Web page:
I started from the two covers, with the idea of experimenting. As I went on, I realized that this method of work could have led me to compose original songs with this style. I still didn’t know if it would work, that’s the beauty of experimentation. The covers were perfect for the reason that they represent two different types of Fela’s sound (one more relaxed with a slower BMP, the other tenser and faster). At this point, I was really curious to see what would happen, rebuilding everything from scratch, without using samples. Afrobeat was very distant from electronic music, but it has unique and unmistakable features. So I decided to face this job as in jazz we usually face a standard: reinterpreting it respecting some essential aspects (such as melody, rhythmic afrobeat, harmony). I found myself solving interesting puzzles, such as “how can a synth emerge that plays the role of a trombone section in the midst of other synths that do a more rhythmic job and others that are halfway there?”. “What are the elements that I can keep very similar to the original sound material, making sure that a style of reinterpretation comes out instead of a pedantic reproduction?”. Then, after acquiring the language with the covers, I let it all flow and composed the original tracks “RAM Generation” and “Pidgin Synths” using the same palette of sounds, following the same harmonic and rhythmic principles and trying to highlight the typical traits of a genre that belonged to Nigeria in the 70s.

Tell us about your set-up. Where and how do you record your music?

I work on my music with analogue synths and drum machines, a sampler, with the help of a DAW on my pc. Also, I play instruments like saxophone, flute and pianos. Usually, I compose and record the things I can in my home studio. Then, for some recordings that require more advanced equipment, mixing and mastering, I move to the Pavili studio in Berlin (over the years we have built up a relationship of trust with the sound engineer Vitaliano Zurlo).


What are your five favourite tracks at the moment?

Jeff Parker “After The Rain” 

Kassa Overall “Please Don’t Kill Me”

Rabii Harnoune & V.B. Kuhl “Traveller”

Makaya McCraven “I’m New Here” (Gil Scott-Heron)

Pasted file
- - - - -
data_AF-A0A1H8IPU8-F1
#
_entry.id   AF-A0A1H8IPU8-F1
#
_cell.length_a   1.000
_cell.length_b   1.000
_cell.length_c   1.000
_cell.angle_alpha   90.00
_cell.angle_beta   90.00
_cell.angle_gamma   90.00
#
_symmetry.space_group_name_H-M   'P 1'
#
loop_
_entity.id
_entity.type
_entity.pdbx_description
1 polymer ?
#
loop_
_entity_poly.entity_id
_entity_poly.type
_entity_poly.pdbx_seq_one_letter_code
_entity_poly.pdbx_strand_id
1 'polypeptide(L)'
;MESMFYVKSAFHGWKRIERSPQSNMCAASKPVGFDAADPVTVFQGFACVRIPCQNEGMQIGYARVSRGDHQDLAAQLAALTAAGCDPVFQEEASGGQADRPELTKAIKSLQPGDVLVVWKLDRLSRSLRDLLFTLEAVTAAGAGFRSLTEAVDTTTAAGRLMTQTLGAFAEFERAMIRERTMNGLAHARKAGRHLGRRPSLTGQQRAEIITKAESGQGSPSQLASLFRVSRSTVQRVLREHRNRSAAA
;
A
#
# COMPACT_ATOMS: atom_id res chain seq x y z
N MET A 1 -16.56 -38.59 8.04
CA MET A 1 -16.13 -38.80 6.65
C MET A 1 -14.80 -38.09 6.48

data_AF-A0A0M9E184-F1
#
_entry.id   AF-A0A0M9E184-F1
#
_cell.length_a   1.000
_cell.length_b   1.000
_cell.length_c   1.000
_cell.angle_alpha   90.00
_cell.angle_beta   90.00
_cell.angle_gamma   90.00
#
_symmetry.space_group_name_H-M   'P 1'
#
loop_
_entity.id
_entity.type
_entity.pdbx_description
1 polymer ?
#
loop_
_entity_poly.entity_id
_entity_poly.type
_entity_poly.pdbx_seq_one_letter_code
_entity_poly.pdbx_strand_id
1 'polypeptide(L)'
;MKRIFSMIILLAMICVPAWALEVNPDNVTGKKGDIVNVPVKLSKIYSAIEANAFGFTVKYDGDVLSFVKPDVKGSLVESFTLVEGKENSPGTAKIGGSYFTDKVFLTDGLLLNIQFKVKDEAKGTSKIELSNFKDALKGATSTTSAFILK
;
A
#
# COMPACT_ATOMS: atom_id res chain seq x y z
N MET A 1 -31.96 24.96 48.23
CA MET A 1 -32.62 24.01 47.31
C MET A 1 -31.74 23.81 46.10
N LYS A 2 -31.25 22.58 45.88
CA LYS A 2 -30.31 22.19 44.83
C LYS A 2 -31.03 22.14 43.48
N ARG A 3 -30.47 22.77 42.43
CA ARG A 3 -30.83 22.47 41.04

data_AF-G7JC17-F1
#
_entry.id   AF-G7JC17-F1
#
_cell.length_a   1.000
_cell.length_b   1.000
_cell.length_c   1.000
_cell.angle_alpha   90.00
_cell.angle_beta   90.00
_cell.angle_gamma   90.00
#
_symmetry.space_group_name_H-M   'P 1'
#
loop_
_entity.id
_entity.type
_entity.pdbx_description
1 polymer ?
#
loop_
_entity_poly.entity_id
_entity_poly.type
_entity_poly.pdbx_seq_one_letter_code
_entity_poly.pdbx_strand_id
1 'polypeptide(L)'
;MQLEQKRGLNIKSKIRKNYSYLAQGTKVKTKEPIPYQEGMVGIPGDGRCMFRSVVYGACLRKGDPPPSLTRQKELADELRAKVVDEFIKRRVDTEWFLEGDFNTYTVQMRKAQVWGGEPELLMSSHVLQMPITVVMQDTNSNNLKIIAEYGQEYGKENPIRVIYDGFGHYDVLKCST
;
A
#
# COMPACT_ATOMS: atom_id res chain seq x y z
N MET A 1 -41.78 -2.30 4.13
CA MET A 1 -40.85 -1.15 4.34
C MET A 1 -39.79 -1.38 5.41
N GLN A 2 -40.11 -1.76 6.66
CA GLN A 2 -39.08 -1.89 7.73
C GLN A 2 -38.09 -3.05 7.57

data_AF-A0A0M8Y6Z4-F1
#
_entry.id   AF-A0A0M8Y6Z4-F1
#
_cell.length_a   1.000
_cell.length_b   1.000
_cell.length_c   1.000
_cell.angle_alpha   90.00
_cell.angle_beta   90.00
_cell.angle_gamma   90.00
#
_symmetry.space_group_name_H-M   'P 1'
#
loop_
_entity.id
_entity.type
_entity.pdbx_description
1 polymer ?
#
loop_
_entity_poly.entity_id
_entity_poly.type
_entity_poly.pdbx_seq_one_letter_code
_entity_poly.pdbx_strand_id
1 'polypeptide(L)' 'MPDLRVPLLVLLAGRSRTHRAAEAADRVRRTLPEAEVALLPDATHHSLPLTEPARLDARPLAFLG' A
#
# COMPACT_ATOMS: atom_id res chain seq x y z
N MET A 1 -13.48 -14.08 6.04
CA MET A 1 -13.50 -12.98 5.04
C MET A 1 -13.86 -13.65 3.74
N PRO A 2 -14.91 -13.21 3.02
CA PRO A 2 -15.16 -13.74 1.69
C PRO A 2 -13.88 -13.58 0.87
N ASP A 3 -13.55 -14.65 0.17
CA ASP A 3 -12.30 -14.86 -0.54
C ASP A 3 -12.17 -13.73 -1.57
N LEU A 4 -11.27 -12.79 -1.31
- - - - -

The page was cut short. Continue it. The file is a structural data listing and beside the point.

Alogte Oho & His Sounds Of Joy “Mam Yinne Wa”

What else is coming up for sUb_modU in 2020?

I’d like to tell you that I’ll be playing live soon, but in the current epidemic situation, it will be difficult for this to happen soon. However, I have some jobs planned, including a remix. Also, I’m currently working on a lot of new music, and I hope to be able to give it a definitive shape and release it soon. From what I have noticed so far, I am shifting my centre of gravity towards jazz as the primary approach, with a new formula that I’m really enjoying. 

Finally, we’ve been asking our interviewees this in the current climate, so any advice for self-isolation in the light of a certain global pandemic?

More than giving advice, I can tell you how I’m experiencing it. For me, it is a unique opportunity to observe and understand how it works “myself”. In isolation, you can better realise that everything depends on you. If you look closely, others have nothing to do with your problems. “You” remains “you” and the only really good thing you can do is improve yourself. One very useful thing was to focus on one or more purposes and to give it all my attention as possible. In this way, I think it won’t be a period to be thrown away, but to be remembered as a moment in my life without which I would never have gotten some openings on myself and the world. Stay healthy within yourself!


CF Smith

Permeating your ears with good music.